4 Unhelpful beliefs keeping you from selling your services like the rockstar you are and what to do about them

Lynn Rivest
3 min readApr 14, 2022


For over 10 years, I worked as a restaurant server.

I never upsold desserts or appetizers or extras of any kind. I gave amazing service and made great money. I didn’t want to optimize for higher checks. It didn’t feel right.

But why?

Many of the people I worked with who were really lovely humans regularly upsold. I didn’t think any less of them for it. If anything, I wanted some of what they had.

As I build my business, selling is no longer optional. So I’m digging into what’s really going on with my lifelong resistance to sales.

Here are 4 unhelpful beliefs keeping you from being a sales rockstar:

1. Selling feels sleazy.

What is so gross about offering a service to someone who might need or want it?

We refer to all those sleazy salespeople out there and how we just don’t want to be associated with them. But I honestly don’t come across many of those kinds of people.
Of course we won’t be sleazy. It just feels really uncomfortable.

What to do about it?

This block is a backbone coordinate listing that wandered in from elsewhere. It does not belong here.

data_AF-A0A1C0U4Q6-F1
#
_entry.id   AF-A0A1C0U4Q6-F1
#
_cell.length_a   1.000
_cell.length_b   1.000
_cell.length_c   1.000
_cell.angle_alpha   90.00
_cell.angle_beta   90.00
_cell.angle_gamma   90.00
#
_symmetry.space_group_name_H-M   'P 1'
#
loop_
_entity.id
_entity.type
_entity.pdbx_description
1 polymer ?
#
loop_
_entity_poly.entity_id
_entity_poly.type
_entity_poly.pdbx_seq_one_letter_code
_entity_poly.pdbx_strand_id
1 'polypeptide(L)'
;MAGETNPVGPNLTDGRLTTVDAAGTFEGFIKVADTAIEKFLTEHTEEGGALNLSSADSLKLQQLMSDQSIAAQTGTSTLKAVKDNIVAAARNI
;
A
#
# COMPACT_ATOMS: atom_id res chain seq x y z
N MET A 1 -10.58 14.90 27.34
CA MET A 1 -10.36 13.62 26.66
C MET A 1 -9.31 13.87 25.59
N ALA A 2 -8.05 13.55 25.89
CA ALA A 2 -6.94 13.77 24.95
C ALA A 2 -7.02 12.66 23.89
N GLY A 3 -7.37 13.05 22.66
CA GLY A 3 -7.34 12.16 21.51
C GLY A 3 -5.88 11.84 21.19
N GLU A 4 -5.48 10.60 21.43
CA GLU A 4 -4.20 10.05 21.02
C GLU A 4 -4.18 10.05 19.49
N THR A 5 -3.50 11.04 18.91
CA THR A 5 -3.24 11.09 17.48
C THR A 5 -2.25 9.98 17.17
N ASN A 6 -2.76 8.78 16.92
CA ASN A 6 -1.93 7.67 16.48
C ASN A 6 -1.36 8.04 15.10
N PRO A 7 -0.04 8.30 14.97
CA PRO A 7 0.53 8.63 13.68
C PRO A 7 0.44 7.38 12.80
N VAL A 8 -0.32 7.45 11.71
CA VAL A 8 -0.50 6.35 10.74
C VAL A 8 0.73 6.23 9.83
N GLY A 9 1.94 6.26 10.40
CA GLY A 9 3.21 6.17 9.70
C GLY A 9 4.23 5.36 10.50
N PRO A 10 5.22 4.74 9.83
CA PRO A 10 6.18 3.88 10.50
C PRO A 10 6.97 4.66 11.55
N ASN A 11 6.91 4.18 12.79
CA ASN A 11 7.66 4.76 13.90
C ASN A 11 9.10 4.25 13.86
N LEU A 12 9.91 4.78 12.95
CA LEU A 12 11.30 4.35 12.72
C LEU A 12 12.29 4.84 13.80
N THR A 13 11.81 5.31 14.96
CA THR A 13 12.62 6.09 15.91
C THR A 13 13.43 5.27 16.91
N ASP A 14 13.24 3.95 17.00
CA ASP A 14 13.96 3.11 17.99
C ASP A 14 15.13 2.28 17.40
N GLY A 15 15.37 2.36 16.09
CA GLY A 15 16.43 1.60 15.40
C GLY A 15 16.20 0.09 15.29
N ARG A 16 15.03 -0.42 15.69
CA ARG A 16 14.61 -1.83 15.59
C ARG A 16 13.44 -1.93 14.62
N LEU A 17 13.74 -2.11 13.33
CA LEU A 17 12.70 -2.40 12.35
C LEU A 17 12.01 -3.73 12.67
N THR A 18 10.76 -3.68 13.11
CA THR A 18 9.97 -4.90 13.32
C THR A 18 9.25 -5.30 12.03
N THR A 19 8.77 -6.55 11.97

• Write down all the services you’ve bought in the last year and you’ll likely notice there wasn’t a whole lot of sleaze.
  • If you’re buying from shifty people, stop.
  • Accept that this is an excuse and that you’ll need to lean into the discomfort.

2. What if I can’t deliver?

If you haven’t done it before, then it’s natural to have some doubts. I have years of experience and know I have what it takes to deliver but somehow I still wonder if I’ll screw things up somehow.

What to do about it?

  • Imagine in great detail what it will be like to deliver your service, your client smiling and thanking you.
  • Write down all that could go wrong and what you can do to mitigate or fix any issues should they come up.

3. Feeling responsible for your potential client’s actions.

This is fundamentally about feeling like we need to take care of others’ emotions and wellbeing. I’ve had a lot of buyer’s remorse and it feels terrible. And I don’t want people to feel that.

What to do about it?

  • Show up with an open heart and listen. That will take the focus off your trying to manage someone else’s emotions.
  • Realize that you’re not convincing or even persuading, you’re sharing something that might help. What they decide to do is on them.

4. Your potential client has the power.

We can feel like we need them more than they need us. That’s because we are seeing the money as the most valuable element in the transaction. Whoever needs or gets the money is at a disadvantage.

What to do about it?

Approach the exchange as happening between equals. There are all kinds of emotions and thoughts running through both your heads. You’re in this together. Both of you are trying to figure out if this is a fit.

None of these suggestions are easy to put in practice but what’s key is to play around with shifting your perspective. Give as much air time to seeing how selling is a good thing as you do to denouncing it.

It’s vital to succeeding in business.



Lynn Rivest

I talk about building a minimalist biz + aging boldly as a midlife entrepreneur.